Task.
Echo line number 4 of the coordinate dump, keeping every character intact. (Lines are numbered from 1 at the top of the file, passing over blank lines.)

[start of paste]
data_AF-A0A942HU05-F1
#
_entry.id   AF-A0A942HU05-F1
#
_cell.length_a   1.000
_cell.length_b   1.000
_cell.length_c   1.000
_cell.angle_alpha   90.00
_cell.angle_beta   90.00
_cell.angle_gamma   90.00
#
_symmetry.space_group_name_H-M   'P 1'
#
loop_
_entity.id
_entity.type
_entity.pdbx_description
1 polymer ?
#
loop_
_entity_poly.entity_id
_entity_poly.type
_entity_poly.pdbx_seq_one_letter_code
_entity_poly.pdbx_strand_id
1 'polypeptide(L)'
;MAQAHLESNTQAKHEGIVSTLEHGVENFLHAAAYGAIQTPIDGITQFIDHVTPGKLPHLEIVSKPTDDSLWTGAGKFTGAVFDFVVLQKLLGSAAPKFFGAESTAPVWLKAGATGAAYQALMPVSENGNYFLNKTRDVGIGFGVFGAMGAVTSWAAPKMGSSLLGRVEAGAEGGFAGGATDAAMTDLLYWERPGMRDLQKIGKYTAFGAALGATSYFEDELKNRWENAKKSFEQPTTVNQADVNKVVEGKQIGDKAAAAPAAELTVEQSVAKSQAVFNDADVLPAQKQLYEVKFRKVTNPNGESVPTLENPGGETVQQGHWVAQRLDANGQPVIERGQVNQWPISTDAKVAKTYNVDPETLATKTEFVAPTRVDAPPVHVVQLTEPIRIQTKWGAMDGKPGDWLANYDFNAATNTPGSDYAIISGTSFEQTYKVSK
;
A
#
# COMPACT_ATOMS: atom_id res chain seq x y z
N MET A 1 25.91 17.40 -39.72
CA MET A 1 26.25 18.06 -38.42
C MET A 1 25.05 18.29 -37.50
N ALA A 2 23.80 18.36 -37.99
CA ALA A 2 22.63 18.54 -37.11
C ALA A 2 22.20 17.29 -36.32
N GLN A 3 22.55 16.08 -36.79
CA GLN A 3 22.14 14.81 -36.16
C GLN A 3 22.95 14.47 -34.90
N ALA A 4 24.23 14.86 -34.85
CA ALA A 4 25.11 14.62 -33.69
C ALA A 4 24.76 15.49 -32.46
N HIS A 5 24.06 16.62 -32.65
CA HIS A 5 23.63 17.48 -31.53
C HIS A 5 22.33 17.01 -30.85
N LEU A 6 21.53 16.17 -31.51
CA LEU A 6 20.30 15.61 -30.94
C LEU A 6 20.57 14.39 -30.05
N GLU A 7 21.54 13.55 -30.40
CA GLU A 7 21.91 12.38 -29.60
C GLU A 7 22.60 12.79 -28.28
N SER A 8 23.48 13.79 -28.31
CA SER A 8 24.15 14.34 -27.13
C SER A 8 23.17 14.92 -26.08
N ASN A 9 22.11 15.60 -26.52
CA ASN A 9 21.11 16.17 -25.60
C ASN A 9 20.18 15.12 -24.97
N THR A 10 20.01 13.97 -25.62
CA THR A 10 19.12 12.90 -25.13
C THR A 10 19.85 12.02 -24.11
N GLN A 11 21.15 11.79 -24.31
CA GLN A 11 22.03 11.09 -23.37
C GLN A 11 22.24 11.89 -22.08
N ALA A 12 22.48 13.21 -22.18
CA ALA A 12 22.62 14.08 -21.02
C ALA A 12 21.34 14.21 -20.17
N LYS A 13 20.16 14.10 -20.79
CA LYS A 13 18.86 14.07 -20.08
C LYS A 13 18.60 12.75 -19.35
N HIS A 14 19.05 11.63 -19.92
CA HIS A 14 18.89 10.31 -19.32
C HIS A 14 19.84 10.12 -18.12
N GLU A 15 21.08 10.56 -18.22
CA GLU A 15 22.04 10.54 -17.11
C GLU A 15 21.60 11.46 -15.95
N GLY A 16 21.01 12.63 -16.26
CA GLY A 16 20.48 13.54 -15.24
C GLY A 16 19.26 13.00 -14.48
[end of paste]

#